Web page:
There is more to do than there are hours in the day.
It’s just a fact.
We’ve all had moments of when-will-I-cram-that-yoga-time (which more often than not ends up instead at the freezer door with a large spoon headed for the chocolate ice cream).
And as we close our eyes after leaning against the closed freezer door, we realize that waiting for us in just a few hours is the need to get up tomorrow and try to fit 30 hours into 24.
Ever stop and wonder: Is this all there is?
We think that if it is, we may as well just throw in the towel. There has to be more to life than this.
To help combat that heavy feeling and give us the energy to keep driving through the day we place benchmarks ahead of us, things that we are working towards, things that we will “get to” after the hard work of today – the reward for all the work.
Something that makes it all worth it.
An Alaskan cruise.
A promotion at work with a better office and benefits.
Losing 15 pounds, and not finding them again.
A visit to the Hair Club for Men to restore the curly blond locks of 30 years ago.
What if, however, today is all there is?
Continue reading Is this all there is?
(All images in this post are from the LDS Media Library)
I remember a conversation I had with my dad several years ago. We were in his office at work and I was in meltdown mode.
So what’s new, right?
But I was stumbling over inadequate words trying to communicate the incredible fear that would grip me, paralyzing me inside and sending me into frantic pacing on the outside.
I wasn’t afraid of anything in particular; I was just full of fear of everything.
Suffice it to say that it was pretty maddening.
I’m pretty sure it wasn’t a picnic for Ann and the kids either.
Lately I’ve been able to make clear contrasts between then and now.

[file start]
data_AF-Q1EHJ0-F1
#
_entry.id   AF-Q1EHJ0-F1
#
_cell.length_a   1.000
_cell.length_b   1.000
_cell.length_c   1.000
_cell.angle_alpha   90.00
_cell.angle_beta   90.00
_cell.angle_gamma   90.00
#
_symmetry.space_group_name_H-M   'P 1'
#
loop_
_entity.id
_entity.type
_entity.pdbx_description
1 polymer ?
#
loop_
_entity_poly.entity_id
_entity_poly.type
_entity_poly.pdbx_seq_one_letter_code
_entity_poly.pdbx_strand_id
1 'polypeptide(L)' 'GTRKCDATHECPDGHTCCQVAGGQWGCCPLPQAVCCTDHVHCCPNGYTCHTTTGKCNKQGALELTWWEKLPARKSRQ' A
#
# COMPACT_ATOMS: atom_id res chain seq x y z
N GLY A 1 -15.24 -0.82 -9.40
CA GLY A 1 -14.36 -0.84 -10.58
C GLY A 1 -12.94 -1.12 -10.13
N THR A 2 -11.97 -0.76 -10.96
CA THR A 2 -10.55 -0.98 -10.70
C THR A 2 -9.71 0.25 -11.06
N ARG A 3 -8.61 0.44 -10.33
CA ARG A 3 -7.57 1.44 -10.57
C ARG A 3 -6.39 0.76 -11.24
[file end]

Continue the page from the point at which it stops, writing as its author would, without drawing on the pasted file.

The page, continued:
The entombing fear is gone; I know in my head and my heart and my spirit that I have nothing to fear.
Continue reading Gain faith, grant forgiveness and then go forward
Once upon a time there was a man who wanted to help people in a distant corner of the world where war raged. Human decency had been replaced with animalistic survival. He knew that he must at least try to rescue as many as he could, even if it was only one.
He chose to leave his family behind at home, where they would be safe and protected from the degradation and, what should be unimaginable suffering, but had become not only imaginable but common place.
The journey was a long and difficult one. Very quickly basic rights and freedoms he had known and come to expect all his life disappeared. By the time he arrived at the battle zone, he felt himself already beginning to change.
His trusting personality learned to be wary. His open laughter and easy nature became closed, protected, and more numb each day. Where he once walked tall, straight, and with confidence, he now scurried with a stooped posture, almost fetal-like in a constant mode of self-protection.
It seemed that rather than helping lift those up who he had come to rescue, he was slipping down into the quagmire himself. Continue reading Does kindness only continue when it is reciprocated?